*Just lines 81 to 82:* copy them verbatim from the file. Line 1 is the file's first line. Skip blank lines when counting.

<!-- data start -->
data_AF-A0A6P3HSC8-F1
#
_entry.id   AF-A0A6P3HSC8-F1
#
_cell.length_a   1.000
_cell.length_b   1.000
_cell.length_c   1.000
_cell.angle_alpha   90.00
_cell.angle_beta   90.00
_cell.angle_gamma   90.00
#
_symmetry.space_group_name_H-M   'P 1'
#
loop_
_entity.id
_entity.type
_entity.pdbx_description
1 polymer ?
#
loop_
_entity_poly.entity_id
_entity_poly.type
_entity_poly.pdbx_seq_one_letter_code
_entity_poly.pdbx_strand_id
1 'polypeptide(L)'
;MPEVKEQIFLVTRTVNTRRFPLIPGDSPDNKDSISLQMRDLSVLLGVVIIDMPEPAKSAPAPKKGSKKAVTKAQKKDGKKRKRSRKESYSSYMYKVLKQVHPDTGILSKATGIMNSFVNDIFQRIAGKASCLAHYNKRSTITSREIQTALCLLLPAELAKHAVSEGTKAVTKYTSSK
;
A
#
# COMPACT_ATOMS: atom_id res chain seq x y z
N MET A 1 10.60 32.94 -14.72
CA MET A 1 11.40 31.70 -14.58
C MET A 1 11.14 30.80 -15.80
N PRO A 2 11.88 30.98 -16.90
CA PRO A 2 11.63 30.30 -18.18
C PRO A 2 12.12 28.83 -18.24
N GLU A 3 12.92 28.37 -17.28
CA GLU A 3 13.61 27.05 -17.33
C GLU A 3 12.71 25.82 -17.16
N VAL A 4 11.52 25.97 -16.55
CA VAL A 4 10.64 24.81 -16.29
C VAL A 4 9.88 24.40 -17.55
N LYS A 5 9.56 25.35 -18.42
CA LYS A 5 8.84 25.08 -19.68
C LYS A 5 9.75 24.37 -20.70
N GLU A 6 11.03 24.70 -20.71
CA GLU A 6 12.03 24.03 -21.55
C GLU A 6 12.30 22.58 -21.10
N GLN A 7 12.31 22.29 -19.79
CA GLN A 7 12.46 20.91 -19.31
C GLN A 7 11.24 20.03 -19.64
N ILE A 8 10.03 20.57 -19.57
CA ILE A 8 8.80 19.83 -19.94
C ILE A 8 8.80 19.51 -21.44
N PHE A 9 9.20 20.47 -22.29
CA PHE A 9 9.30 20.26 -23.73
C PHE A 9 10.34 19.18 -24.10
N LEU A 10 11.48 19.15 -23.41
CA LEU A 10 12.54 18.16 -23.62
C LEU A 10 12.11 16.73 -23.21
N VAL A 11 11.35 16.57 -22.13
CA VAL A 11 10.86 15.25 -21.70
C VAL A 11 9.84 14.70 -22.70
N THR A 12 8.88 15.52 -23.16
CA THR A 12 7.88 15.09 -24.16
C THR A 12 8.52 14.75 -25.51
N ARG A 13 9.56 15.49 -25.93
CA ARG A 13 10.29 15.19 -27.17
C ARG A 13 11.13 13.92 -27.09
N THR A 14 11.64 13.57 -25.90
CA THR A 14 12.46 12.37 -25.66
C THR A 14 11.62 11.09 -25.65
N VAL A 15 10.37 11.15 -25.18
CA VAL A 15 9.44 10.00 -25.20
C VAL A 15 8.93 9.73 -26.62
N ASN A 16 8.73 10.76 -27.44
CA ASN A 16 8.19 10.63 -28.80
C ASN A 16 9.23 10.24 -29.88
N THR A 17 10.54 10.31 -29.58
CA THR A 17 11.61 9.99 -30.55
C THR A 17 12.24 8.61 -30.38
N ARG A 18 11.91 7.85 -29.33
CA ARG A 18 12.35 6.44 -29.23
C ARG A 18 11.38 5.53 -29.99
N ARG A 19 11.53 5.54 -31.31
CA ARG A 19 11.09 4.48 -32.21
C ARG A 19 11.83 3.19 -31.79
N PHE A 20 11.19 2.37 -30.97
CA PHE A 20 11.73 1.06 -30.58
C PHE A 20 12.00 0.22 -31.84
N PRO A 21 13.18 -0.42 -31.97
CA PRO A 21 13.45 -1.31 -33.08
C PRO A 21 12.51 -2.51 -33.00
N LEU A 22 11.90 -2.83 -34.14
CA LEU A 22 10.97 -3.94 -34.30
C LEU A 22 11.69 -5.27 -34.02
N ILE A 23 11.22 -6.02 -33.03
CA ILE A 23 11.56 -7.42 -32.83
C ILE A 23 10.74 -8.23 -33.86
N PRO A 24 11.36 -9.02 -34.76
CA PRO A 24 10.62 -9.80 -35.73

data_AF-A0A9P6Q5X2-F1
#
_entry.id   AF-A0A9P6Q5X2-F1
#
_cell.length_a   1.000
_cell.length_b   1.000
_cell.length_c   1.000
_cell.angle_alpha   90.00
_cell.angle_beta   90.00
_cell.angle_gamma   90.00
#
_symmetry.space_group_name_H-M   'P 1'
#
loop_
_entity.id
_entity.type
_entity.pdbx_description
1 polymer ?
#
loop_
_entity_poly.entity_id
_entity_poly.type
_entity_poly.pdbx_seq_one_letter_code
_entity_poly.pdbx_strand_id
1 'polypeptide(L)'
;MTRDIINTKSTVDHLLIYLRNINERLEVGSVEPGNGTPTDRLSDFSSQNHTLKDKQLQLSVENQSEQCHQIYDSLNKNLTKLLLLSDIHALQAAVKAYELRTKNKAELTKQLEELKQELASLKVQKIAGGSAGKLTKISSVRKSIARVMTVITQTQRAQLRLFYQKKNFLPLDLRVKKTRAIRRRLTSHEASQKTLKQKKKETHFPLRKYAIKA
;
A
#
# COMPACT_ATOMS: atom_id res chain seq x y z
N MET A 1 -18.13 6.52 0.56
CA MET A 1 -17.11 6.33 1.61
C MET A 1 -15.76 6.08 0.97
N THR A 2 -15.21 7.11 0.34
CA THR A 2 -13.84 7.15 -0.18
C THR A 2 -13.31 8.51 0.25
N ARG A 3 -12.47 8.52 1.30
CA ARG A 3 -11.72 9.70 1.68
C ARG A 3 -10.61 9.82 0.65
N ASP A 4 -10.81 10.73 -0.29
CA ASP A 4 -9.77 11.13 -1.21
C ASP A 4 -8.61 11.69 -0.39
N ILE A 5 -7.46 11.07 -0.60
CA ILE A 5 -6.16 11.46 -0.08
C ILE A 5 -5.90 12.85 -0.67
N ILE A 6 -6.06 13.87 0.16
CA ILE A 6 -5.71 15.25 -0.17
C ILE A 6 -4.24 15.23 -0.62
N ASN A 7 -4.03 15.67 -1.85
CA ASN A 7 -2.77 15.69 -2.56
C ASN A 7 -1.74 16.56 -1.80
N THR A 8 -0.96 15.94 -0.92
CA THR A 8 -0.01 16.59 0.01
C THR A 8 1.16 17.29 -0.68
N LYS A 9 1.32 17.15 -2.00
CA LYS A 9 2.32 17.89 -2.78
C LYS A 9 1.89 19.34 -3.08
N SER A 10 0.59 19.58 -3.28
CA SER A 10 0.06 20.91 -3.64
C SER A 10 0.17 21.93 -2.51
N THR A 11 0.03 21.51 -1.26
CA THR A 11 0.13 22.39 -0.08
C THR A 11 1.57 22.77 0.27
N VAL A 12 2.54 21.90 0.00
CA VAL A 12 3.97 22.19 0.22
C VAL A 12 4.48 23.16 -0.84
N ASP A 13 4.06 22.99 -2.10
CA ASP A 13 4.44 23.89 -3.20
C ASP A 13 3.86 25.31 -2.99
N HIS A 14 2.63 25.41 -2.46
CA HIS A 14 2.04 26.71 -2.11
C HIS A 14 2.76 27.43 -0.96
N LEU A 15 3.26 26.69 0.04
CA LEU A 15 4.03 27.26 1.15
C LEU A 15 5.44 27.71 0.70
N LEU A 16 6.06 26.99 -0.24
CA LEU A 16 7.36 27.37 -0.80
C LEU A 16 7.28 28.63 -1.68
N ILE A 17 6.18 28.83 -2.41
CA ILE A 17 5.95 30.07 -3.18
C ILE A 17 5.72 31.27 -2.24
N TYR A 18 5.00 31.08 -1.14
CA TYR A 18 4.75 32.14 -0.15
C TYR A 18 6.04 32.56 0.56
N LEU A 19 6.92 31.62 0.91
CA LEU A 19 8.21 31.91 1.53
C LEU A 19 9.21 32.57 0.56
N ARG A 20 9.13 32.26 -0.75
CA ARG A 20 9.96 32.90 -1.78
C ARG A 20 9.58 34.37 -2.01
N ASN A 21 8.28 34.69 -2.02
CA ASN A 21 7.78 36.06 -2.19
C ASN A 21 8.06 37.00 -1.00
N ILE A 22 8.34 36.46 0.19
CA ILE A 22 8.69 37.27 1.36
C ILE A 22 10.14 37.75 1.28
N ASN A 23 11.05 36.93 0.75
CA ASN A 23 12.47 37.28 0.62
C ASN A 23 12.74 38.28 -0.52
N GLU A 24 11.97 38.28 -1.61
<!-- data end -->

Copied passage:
C THR A 17 12.24 8.61 -30.38
N ARG A 18 11.91 7.85 -29.33